For one thing, Americans are using less gas. Even in the run-up to four dollars, U.S. gasoline demand had been lower than it was last year throughout the early part of 2008. But what's startling is how dramatically it's changed the cars we're buying. The most drastic shift can be seen at the top of the popularity chart.
For twenty-six years in a row, the Ford F-series pickup has been the best-selling vehicle in America. Through April of 2008, the F-series was still on top. But in May, it fell out of the top spot - not to number two, or number three, or four. The F-series had fallen all the way to fifth place.
And the F-series is not alone. The Chevrolet Silverado stayed in lockstep right behind it, dropping from number two to number six. The Dodge Ram fell off the top-ten list altogether; compared with the year-earlier period, Toyota Tundra sales were off by nearly one-third, and the Nissan Titan saw its sales cut by more than half.
To even the most casual observer of the automotive scene, it has long been obvious that, despite the rationalizations of their owners, a great many full-size pickups aren't bought on need, but on want. Suddenly, it appears that a lot fewer people want to tool around in a four-door, 4x4 pickup with an empty bed in the back. For the first time in recent years, cars are outselling trucks. And what's really eye-opening is which cars are hottest of all.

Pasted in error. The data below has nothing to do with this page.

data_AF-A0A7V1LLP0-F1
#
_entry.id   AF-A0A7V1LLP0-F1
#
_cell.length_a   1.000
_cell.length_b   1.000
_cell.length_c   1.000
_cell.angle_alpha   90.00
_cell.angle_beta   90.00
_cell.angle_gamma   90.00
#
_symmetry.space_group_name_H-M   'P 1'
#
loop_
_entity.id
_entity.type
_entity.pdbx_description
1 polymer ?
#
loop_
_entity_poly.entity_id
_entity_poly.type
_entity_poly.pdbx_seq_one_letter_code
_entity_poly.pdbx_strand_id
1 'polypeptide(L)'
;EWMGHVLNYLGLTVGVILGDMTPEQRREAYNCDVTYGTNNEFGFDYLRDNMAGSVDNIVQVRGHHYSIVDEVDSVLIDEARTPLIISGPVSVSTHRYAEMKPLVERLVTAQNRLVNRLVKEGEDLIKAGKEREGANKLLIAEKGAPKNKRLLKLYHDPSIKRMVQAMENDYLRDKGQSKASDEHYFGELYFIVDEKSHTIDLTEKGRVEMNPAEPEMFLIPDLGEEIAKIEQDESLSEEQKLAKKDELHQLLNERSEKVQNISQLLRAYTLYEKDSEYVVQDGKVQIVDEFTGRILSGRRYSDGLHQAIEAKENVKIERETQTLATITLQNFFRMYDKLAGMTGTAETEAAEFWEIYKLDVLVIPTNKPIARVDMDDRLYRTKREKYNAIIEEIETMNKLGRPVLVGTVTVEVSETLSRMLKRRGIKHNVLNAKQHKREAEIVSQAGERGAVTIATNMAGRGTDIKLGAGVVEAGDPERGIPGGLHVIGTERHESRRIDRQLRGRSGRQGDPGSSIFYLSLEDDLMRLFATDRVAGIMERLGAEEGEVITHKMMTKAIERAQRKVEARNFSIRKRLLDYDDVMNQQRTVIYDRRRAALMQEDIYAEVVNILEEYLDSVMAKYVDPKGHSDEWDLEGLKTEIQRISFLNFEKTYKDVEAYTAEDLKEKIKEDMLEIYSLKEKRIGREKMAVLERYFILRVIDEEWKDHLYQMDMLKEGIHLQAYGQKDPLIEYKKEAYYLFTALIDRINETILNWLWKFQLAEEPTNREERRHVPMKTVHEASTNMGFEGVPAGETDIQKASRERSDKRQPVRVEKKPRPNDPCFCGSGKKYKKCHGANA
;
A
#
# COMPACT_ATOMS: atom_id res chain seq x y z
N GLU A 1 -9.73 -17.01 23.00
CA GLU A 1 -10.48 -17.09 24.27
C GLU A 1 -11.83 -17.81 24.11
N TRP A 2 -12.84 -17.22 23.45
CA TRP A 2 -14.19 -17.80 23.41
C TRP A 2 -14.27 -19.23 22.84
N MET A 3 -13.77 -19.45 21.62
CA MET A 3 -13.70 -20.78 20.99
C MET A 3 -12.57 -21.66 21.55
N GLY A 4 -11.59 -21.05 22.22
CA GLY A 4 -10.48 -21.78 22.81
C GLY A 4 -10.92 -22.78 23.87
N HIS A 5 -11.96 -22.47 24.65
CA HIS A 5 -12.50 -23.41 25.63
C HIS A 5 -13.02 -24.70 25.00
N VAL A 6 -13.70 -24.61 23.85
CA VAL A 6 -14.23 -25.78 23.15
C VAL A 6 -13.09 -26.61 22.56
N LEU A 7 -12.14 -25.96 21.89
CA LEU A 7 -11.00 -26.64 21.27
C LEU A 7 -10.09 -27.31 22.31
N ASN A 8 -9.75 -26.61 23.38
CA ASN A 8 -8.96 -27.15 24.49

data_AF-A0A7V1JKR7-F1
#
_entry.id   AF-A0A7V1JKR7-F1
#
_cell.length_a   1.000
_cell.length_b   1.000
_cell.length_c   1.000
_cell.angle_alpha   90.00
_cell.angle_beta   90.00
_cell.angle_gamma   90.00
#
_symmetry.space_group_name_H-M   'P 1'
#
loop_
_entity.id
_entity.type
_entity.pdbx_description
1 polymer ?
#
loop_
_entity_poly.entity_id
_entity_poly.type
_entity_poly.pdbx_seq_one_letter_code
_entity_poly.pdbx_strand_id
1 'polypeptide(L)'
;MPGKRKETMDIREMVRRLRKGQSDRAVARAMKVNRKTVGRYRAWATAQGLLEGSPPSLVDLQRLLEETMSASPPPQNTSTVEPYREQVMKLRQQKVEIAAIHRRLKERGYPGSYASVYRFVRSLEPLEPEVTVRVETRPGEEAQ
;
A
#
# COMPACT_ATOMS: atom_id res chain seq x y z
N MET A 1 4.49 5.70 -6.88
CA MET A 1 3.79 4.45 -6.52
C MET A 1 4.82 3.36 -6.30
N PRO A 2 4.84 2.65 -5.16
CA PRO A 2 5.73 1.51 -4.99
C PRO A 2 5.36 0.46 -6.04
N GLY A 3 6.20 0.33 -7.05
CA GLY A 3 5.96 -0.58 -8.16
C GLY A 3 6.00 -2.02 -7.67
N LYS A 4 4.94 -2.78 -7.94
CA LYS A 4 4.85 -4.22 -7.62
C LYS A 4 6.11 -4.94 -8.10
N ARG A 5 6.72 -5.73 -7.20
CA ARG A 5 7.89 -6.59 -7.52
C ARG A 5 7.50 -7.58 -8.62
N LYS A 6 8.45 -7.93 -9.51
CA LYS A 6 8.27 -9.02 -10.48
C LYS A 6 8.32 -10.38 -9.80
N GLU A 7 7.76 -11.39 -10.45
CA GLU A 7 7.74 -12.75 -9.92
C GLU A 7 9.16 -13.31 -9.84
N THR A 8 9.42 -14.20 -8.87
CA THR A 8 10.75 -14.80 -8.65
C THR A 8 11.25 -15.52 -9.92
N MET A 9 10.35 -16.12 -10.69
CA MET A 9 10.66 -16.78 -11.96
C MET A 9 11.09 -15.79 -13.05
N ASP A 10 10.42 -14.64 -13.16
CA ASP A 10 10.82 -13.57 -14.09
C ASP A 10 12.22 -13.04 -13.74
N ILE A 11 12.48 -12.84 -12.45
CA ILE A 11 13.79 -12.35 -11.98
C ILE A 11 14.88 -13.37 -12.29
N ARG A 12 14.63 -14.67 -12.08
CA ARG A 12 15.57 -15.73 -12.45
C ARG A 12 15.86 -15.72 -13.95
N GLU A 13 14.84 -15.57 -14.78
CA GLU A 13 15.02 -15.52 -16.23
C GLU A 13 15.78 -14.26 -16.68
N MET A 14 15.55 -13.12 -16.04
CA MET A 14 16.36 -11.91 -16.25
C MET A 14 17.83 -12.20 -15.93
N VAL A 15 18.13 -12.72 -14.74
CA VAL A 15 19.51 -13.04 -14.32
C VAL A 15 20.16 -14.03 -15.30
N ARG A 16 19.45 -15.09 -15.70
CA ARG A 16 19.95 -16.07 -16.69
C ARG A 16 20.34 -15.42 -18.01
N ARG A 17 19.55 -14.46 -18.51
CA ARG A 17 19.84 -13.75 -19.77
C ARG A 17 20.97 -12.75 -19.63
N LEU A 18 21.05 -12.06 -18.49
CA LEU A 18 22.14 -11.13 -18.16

The traditional top-selling cars, mid-size sedans such as the Toyota Camry, the Honda Accord, and the Nissan Altima, have enjoyed sales increases (particularly the latter two) but haven't moved up the pop chart. No, it's two small cars that have shot up past their mid-size brethren to trade places with big pickups.
For the first time in its long history, the Honda Civic has become the best-selling car in the United States. The Civic's decades of excellence are suddenly paying off in a big way, as it has become the go-to vehicle for U.S. car buyers looking for a good small car. So sterling is its reputation that used Civics are commanding absurd prices, with one-year-old examples selling for more than the sticker price of new ones. Right behind it is Toyota's Corolla/Matrix (the company reports the sales of the two models as a single figure), which leapfrogged the company's perennially best-selling Camry.